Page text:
I have a not-so-secret contempt for books that talk at the reader. Books that tell you everything that is wrong and why you should be fixing it and how this person and that person is doing it better than you. This is the core the self-help book market. It’s frustrating to me as an avid reader because I want to talk with the author. I want to talk about the material. I want to read the research and the author’s assessment. I want to make my own assessment.
A book is a conversation, not a tool for condescension.
Mark Oestreicher’s Youth Ministry 3.0 embodies the conversation model of ministry books. His book is revolutionary not only in content, but also in style. Oestreicher runs a blog (ysmarko.com) that he used as a sounding board for his thoughts and ideas for this book. Blog readers who commented on his inquisitive posts shaped and affirmed his writing and he then included their commentary throughout the book. This type of book would not have been possible ten years ago. It represents a major shift in the way youth ministry is resourced–from top-down publishing house and denominational presses informing the parish worker to youth ministers creating and contributing material from their local ministry to share en masse. The resourcing shift isn’t surprising considering the parallel decentralization in almost every other avenue of communication in the 21st century. Yet Marko’s book is of the first printed books in the youth ministry field to widely embrace social media as a means of resourcing. Social media addicts everywhere are rejoicing.
For those of you who are still in love with the printed and bound word, Youth Ministry 3.0 reaches you without making you feel like you are 35 miles behind the pack. It is, after all, a book.
Youth Ministry 3.0 finds its purpose early within its pages. Marko says, “I’m hoping to describe what I’m seeing and experiencing and feeling about where we need to go so we can continue being true to our calling” (p. 26). He’s in the position to hear the voices of thousands of youth workers, and so his thoughts on the future are valuable and weighty. Before speaking of the future, he walks the reader through a history of youth culture with a simple framework. He looks at the three tasks of adolescence–identity formation, autonomy, and affinity–and traces the emphases that youth culture (and thus, youth ministry) has placed on different tasks. He skillfully honors the past and fuels a fire for change.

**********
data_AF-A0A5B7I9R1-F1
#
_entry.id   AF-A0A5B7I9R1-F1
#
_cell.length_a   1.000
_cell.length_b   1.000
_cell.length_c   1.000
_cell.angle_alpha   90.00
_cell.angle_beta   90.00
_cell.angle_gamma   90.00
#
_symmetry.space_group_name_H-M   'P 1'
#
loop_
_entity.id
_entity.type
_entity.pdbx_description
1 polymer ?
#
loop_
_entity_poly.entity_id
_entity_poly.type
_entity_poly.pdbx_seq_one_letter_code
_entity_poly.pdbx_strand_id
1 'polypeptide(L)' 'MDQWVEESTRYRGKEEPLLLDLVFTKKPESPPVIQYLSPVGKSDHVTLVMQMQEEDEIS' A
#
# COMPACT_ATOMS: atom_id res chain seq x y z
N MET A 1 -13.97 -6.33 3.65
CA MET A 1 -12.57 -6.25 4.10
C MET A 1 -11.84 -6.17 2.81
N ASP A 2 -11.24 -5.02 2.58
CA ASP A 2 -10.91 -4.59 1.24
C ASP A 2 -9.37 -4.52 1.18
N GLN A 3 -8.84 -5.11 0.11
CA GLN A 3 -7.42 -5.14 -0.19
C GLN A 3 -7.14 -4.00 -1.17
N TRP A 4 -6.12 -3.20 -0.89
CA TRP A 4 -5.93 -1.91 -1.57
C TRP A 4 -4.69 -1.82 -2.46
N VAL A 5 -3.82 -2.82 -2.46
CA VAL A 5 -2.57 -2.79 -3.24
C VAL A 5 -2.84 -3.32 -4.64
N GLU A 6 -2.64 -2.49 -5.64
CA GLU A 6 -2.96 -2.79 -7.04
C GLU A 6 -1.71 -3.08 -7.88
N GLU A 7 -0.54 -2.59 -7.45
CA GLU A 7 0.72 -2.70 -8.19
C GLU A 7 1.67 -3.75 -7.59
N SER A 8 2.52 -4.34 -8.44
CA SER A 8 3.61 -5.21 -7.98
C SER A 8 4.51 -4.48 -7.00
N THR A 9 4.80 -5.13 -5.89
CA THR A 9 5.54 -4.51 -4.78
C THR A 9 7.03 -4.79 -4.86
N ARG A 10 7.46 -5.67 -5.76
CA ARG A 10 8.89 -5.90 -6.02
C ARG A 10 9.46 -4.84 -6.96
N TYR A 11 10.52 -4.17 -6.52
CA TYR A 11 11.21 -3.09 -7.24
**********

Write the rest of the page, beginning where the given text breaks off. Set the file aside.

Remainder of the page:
A recent study reported that Christianity is the self-identified religion of 10% less of the adult population in the United States than 18 years ago.1 It is easy to see why youth workers are clamoring for a renewed vision for youth ministry. Youth workers desperately want to bring their faith to teens and families in their community, and what we’ve been doing is not working. We need a new vision for youth ministry. We need a new way to bring Christ’s redemption to His people. YM3.0 brings shape to that vision.
Marko’s vision is exceptional in that he casts one so lightly; he doesn’t force a vision but rather provides a context for creating your own vision. He makes it clear that each ministry has to be as unique as the people who embody it. He places expectations on the youth workers not to be cutting edge, but to be cognizant of their particular surroundings, to be connected to the people they serve, and most importantly, to be grounded in Christ’s mission on earth–bringing mercy and grace into places of pain and sin. Latest and greatest is out. Down to earth (as in Christ came down to us, let’s live/speak/serve/forgive as he did) and connected is in.
A short read, YM3.0 isn’t the end of the story. It doesn’t purport to have all of the answers, but encourages a process of discernment to find them. Marko doesn’t propose a model that works in every situation, but gives permission for a potpourri of youth ministry models. He invites the reader to engage in the conversation. You can join the conversation with other youth workers online on his blog, ysmarko.com, and other youth ministry blogs or here on thEsource. I look forward to hearing from you. But most importantly, I hope a reading of YM3.0 will put you in conversation with the people in your ministry, youth, parents, and adults. They are the ones that matter.
1 American Religious Identification Survey 2008. March 2009. The Institute for the Study of Secularism in Society and Culture. 12 March 2009. http://www.americanreligionsurvey-aris.org/